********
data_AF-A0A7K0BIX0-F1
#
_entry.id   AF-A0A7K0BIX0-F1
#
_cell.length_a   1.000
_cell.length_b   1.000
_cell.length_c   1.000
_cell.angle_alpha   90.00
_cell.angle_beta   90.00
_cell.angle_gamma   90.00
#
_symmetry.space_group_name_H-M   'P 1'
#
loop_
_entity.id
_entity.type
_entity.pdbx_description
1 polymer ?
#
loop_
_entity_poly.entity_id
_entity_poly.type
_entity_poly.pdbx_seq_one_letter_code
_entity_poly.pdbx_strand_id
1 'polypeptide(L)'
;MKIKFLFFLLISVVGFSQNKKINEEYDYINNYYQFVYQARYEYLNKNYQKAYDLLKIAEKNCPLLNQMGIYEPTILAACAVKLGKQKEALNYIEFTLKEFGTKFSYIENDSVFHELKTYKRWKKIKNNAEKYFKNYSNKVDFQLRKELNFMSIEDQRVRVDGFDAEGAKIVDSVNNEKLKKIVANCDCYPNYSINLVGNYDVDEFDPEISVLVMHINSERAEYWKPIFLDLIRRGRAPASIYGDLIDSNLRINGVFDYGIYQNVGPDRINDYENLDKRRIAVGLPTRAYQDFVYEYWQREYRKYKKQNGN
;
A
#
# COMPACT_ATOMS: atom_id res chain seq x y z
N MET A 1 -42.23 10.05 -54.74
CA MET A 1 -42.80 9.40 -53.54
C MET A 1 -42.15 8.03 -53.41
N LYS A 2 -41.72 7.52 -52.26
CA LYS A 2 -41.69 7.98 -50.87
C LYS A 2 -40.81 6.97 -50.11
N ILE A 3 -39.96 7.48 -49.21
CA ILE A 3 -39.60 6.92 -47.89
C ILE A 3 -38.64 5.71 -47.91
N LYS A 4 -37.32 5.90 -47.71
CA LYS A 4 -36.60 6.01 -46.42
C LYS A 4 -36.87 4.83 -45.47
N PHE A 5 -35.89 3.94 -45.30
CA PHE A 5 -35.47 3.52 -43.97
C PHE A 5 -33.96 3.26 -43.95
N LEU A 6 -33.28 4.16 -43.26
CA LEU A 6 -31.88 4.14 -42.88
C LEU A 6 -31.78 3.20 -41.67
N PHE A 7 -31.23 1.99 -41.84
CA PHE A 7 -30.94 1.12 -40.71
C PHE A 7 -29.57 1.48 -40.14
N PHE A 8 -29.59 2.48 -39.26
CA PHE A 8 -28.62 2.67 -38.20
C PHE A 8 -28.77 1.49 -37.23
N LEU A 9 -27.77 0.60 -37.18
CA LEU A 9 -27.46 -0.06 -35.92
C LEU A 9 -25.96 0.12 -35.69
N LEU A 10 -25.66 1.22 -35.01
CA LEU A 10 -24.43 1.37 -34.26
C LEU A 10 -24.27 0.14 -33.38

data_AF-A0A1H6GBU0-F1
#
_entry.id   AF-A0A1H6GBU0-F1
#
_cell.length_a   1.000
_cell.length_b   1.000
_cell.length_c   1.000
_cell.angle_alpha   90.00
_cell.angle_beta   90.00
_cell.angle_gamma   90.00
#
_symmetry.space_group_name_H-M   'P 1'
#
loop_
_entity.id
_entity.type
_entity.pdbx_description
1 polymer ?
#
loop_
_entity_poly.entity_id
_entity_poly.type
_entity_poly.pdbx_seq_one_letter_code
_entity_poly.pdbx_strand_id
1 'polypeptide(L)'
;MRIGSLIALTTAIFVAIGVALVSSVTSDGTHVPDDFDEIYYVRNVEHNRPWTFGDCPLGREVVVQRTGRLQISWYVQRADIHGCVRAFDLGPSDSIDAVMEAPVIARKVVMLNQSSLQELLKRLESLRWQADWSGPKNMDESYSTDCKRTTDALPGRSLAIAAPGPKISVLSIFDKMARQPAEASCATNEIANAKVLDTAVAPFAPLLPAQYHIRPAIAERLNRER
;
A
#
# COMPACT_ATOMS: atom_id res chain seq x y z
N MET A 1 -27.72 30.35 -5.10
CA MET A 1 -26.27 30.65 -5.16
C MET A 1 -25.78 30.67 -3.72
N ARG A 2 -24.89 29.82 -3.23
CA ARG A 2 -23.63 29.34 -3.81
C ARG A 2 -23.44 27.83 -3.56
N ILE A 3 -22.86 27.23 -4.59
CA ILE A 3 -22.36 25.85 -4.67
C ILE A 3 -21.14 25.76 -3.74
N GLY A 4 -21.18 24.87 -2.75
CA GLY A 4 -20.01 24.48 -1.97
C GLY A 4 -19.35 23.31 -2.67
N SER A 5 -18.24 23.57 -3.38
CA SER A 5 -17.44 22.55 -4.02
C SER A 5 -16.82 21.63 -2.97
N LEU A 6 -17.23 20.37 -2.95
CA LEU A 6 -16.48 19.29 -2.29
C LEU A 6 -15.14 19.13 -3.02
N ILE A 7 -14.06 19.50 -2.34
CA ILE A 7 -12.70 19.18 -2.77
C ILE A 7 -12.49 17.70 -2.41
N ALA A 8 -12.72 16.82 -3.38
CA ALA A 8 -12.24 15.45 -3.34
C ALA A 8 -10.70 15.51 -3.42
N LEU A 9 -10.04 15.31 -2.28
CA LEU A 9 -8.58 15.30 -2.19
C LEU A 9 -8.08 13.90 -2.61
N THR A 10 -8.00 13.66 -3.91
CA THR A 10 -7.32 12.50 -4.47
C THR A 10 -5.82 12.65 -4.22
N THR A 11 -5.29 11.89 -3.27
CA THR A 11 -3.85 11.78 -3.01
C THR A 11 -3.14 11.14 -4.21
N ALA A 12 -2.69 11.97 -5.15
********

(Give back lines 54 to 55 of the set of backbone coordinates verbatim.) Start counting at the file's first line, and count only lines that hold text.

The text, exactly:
C PHE A 8 -28.77 1.49 -37.23
N LEU A 9 -27.77 0.60 -37.18